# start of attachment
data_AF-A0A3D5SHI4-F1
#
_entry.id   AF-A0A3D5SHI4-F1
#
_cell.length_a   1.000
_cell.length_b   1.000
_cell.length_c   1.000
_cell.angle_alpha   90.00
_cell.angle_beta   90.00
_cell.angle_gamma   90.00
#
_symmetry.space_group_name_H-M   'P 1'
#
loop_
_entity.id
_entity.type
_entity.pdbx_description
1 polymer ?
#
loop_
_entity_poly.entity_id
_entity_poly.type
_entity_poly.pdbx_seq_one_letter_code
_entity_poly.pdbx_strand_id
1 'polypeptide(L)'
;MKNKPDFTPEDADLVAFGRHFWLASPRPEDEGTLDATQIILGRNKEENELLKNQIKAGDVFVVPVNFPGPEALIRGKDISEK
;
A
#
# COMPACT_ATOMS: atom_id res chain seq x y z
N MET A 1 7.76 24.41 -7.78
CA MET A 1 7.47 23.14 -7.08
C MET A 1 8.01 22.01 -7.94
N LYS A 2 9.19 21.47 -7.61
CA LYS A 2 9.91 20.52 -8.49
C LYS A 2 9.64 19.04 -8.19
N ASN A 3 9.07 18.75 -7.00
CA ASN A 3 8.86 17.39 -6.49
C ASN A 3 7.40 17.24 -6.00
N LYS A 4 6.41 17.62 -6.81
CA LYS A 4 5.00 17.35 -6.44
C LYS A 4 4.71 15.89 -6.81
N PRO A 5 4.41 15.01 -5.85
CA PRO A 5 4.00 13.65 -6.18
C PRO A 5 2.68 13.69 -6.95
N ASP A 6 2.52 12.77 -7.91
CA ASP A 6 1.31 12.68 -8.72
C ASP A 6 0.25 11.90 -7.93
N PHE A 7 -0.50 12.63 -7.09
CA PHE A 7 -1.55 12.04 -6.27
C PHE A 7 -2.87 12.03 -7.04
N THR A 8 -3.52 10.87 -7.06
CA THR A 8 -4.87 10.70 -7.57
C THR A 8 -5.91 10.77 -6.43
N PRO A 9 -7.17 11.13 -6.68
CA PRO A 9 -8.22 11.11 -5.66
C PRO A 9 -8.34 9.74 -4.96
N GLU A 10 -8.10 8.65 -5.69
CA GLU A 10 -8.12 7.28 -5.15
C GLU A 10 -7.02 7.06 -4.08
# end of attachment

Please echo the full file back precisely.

data_AF-A0A3D5SHI4-F1
#
_entry.id   AF-A0A3D5SHI4-F1
#
_cell.length_a   1.000
_cell.length_b   1.000
_cell.length_c   1.000
_cell.angle_alpha   90.00
_cell.angle_beta   90.00
_cell.angle_gamma   90.00
#
_symmetry.space_group_name_H-M   'P 1'
#
loop_
_entity.id
_entity.type
_entity.pdbx_description
1 polymer ?
#
loop_
_entity_poly.entity_id
_entity_poly.type
_entity_poly.pdbx_seq_one_letter_code
_entity_poly.pdbx_strand_id
1 'polypeptide(L)'
;MKNKPDFTPEDADLVAFGRHFWLASPRPEDEGTLDATQIILGRNKEENELLKNQIKAGDVFVVPVNFPGPEALIRGKDISEK
;
A
#
# COMPACT_ATOMS: atom_id res chain seq x y z
N MET A 1 7.76 24.41 -7.78
CA MET A 1 7.47 23.14 -7.08
C MET A 1 8.01 22.01 -7.94
N LYS A 2 9.19 21.47 -7.61
CA LYS A 2 9.91 20.52 -8.49
C LYS A 2 9.64 19.04 -8.19
N ASN A 3 9.07 18.75 -7.00
CA ASN A 3 8.86 17.39 -6.49
C ASN A 3 7.40 17.24 -6.00
N LYS A 4 6.41 17.62 -6.81
CA LYS A 4 5.00 17.35 -6.44
C LYS A 4 4.71 15.89 -6.81
N PRO A 5 4.41 15.01 -5.85
CA PRO A 5 4.00 13.65 -6.18
C PRO A 5 2.68 13.69 -6.95
N ASP A 6 2.52 12.77 -7.91
CA ASP A 6 1.31 12.68 -8.72
C ASP A 6 0.25 11.90 -7.93
N PHE A 7 -0.50 12.63 -7.09
CA PHE A 7 -1.55 12.04 -6.27
C PHE A 7 -2.87 12.03 -7.04
N THR A 8 -3.52 10.87 -7.06
CA THR A 8 -4.87 10.70 -7.57
C THR A 8 -5.91 10.77 -6.43
N PRO A 9 -7.17 11.13 -6.68
CA PRO A 9 -8.22 11.11 -5.66
C PRO A 9 -8.34 9.74 -4.96
N GLU A 10 -8.10 8.65 -5.69
CA GLU A 10 -8.12 7.28 -5.15
C GLU A 10 -7.02 7.06 -4.08